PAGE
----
• Specialized Plans: are available to select categories of beneficiaries and are designed to meet the special healthcare needs of those groups. For instance, there are special plans for those diagnosed with specific medical conditions.

HMO and PPO plans are what most beneficiaries select from when enrolling in Medicare Advantage. It’s important to understand the difference before you select a plan because each choice can impact your overall out-of-pocket medical expense.

Can You Go Out of Network with a Medicare HMO Plan?

One of the biggest differences between Medicare HMO and PPO plans is the beneficiary’s ability to see medical providers outside the plan’s network. While PPO plans allow out-of-network visits with higher copayments, not all HMO plans will cover charges out of network unless they’re the result of an emergency.

Remember, the reason HMO plans are more affordable is that in-network providers have agreed in advance to charge the insurance company reduced rates. When you see a provider outside the network, they haven’t agreed to those reduced rates. They’re likely to charge the insurance company more, and that added cost is at least partially passed down to you.

If you want the benefits of an HMO plan with the option of going out of network, you should consider an HMO Point-of-Service plan, otherwise known as HMO-POS.

A Closer Look at the HMO-POS

What is the HMO-POS meaning? These plans follow the basic structure of a Medicare HMO plan while remaining more open to out-of-network medical providers. You will receive most of your healthcare from providers within the plan’s network while going out of network as needed for select services.

Most plans require you to get prior approval before seeing a medical provider out of the network. If you don’t follow those rules, your plan is likely to deny coverage for those services. The rules for this type of HMO are a bit more complicated, so it’s important to review them in depth before starting to book medical appointments.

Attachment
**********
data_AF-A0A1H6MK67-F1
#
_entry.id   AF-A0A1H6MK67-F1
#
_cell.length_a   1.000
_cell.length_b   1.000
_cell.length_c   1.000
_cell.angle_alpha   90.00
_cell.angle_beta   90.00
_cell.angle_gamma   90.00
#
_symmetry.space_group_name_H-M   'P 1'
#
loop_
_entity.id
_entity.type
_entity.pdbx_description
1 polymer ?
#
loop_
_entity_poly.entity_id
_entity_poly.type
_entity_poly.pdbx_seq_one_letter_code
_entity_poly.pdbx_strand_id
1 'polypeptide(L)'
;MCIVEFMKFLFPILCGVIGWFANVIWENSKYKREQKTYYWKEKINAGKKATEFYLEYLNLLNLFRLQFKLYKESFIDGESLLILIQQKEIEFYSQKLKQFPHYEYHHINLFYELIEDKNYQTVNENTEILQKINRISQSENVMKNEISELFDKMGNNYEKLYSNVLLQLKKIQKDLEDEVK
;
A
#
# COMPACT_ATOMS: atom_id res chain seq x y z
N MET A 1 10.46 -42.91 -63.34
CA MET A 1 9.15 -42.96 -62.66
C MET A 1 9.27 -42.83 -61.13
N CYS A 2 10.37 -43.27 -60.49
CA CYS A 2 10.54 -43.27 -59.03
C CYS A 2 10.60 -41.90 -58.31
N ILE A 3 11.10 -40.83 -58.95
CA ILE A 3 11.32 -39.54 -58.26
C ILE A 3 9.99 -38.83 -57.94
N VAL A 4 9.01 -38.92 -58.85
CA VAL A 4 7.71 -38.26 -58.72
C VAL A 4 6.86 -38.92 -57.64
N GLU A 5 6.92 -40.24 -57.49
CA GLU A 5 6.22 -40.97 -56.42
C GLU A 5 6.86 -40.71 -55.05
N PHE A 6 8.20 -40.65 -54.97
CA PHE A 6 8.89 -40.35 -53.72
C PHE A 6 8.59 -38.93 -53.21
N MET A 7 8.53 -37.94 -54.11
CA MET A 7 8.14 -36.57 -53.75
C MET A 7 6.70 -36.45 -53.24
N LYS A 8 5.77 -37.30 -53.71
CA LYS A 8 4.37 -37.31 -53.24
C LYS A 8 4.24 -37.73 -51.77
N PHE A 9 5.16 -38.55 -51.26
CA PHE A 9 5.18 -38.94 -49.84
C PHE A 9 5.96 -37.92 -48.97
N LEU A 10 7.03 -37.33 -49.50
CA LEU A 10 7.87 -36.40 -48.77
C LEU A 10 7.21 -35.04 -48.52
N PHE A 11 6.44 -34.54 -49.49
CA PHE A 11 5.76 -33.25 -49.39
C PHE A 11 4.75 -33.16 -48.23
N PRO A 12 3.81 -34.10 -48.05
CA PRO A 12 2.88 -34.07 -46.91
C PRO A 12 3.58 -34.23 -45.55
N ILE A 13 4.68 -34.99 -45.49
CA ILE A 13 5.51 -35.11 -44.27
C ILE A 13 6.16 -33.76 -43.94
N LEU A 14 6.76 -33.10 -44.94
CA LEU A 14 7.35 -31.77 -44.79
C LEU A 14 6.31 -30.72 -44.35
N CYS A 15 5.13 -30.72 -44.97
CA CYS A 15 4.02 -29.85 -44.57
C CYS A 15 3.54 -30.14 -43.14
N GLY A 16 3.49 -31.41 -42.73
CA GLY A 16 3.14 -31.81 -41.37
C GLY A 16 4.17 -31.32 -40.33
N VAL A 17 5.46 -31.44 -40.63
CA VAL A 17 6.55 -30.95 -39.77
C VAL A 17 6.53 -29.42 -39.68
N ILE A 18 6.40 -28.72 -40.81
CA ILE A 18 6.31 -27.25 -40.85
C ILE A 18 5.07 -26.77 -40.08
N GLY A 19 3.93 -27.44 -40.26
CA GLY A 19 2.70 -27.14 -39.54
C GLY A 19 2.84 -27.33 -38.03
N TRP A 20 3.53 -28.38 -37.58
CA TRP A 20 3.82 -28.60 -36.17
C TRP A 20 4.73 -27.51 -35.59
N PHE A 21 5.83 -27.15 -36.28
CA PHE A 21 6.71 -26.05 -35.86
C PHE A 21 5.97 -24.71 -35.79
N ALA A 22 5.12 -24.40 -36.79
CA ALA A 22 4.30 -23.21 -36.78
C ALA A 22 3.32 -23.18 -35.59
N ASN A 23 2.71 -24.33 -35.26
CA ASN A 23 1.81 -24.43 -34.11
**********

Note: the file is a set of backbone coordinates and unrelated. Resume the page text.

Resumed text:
HMO-POS vs PPO Plans

If HMO-POS plans allow you to see out-of-network providers, what makes them any different from PPO plans? The difference is in those complicated rules.

With a PPO plan, you’re not as likely to need prior approval to see a doctor outside the network. You will also have the option to go out-of-network for about any service as long as you’re willing to pay the higher copayments and deductibles.

If you select an HMO-POS plan, you will need to get approval before seeing any provider outside the network. That extra step could delay treatment in some cases, and the plan can always deny your request for out-of-network coverage. You will only get approved for select out-of-network services, so it’s far more restrictive than most PPO plans.

Should You Select a Medicare HMO Plan?

Medicare Advantage HMO plans attract beneficiaries who want affordable coverage that offers more than the basic Original Medicare benefits. The most attractive plans may include coverage for:

  • Dental
  • Vision
  • Hearing services
  • Prescription drug coverage
  • You receive all your healthcare benefits in one package and don’t need to pay additional premiums for comprehensive coverage.

If you have preferred medical providers that you want to continue working with, it’s important to check the HMO networks carefully. You can also call the provider and ask if they participate in any available HMO plan. If not, you may need to go with a PPO plan and pay the extra expenses to see that provider.